Verbal Noun

Glossary of Grammatical and Rhetorical Terms

Verbal Noun
A Comprehensive Grammar of the English Language by Randolph Quirk, Sidney Greenbaum, Geoffrey Leech, and Jan Svartvik (Longman, 1985).

A noun that is derived from a verb (usually by adding the suffix -ing) and that exhibits the ordinary properties of a noun.

For example, in the sentence "His firing of William was a mistake," the word firing functions as a verbal noun (A Comprehensive Grammar of the English Language, 1985).

As Sidney Greenbaum notes in The Oxford Companion to the English Language (1992), "Verbal nouns contrast with deverbal nouns, that is, other kinds of nouns derived from verbs, such as attempt, destruction, and including nouns ending in -ing that do not have verbal force: building in The building was empty.

They also contrast with the gerund, which also ends in -ing, but is syntactically a verb."

In traditional grammar, the expression verbal noun has often been treated as a synonym for gerund, but both terms "are out of favour among some modern grammarians" (Oxford Dictionary of English Grammar, 2014).

Examples and Observations:

  • "The atmosphere at home had become difficult as we approached our opening of the Shrew."
    (Sian Phillips, Public Places. Faber & Faber, 2003)
  • His acting of the part of Othello was distinguished by a breadth and grandeur that placed it far beyond the efforts of other actors.
  • "Even in fiction, the Joads' misery is best captured in vignettes: Ma's colloquies with Rose of Sharon, the rollicking dance at the government camp, Uncle John's sending the dead baby down the river, images easily translated into film."
    (Susan Shillinglaw, Introduction to A Russian Journal by John Steinbeck. Penguin, 1999)
  • "Margureitte Radcliffe's afternoon testimony was taken up with her typing of the confession, the choice of paper, the crossed-out portions, the manner in which she had inserted the paper into the typewriter--all questions from Andy Weathers."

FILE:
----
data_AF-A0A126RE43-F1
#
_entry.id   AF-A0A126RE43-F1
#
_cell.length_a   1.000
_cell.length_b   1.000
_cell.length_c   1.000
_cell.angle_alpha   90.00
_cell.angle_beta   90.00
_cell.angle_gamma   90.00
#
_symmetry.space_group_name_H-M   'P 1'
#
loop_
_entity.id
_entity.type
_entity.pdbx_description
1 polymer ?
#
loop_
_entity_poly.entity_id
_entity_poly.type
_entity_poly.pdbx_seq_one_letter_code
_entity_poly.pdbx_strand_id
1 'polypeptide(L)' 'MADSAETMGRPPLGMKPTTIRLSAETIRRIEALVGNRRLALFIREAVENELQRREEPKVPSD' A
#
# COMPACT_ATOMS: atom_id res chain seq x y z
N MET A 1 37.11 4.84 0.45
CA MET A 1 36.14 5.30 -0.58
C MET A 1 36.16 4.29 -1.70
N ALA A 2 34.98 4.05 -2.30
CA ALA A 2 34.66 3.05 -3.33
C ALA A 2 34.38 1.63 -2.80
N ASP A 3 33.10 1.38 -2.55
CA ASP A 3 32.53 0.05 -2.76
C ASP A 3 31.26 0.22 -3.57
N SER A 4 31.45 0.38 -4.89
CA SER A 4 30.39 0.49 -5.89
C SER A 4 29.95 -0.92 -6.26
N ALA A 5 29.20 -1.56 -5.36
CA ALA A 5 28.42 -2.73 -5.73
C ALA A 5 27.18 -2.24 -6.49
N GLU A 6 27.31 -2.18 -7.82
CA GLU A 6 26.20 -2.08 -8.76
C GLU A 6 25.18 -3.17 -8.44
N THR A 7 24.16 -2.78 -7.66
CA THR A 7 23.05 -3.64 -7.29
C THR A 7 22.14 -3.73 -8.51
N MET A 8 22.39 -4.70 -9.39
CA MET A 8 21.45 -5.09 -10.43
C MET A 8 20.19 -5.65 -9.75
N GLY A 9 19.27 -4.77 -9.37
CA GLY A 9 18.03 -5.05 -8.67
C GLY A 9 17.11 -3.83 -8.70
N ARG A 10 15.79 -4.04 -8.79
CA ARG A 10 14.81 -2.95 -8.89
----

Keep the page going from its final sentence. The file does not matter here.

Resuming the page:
(Ann Rule, Everything She Ever Wanted. Simon & Schuster, 1992)​
  • The building of the British Empire may be said to have begun with the ascent of Queen Elizabeth to the throne.
  • "The dead might as well try to speak to the living as the old to the young."
    (Willa Cather, One of Ours, 1922)

Nominal Qualities of Verbal Nouns

"Though derived from a verb, a verbal noun is strictly a noun, and it exhibits nominal properties: it takes determiners like the and this, it permits adjectives (but not adverbs), it permits following prepositional phrases (but not objects), and it can even be pluralized if the sense permits. Example: In football, the deliberate tripping of an opponent is a foul. Here the verbal noun tripping takes the determiner the, the adjective deliberate and the prepositional phrase of an opponent, but it exhibits no verbal properties at all. In other words, tripping in this case is a perfectly ordinary noun, behaving just like any other noun, with no verbal properties in sight. Compare the last example with one involving the unremarkable noun attack: In football, a deliberate attack on an opponent is a foul.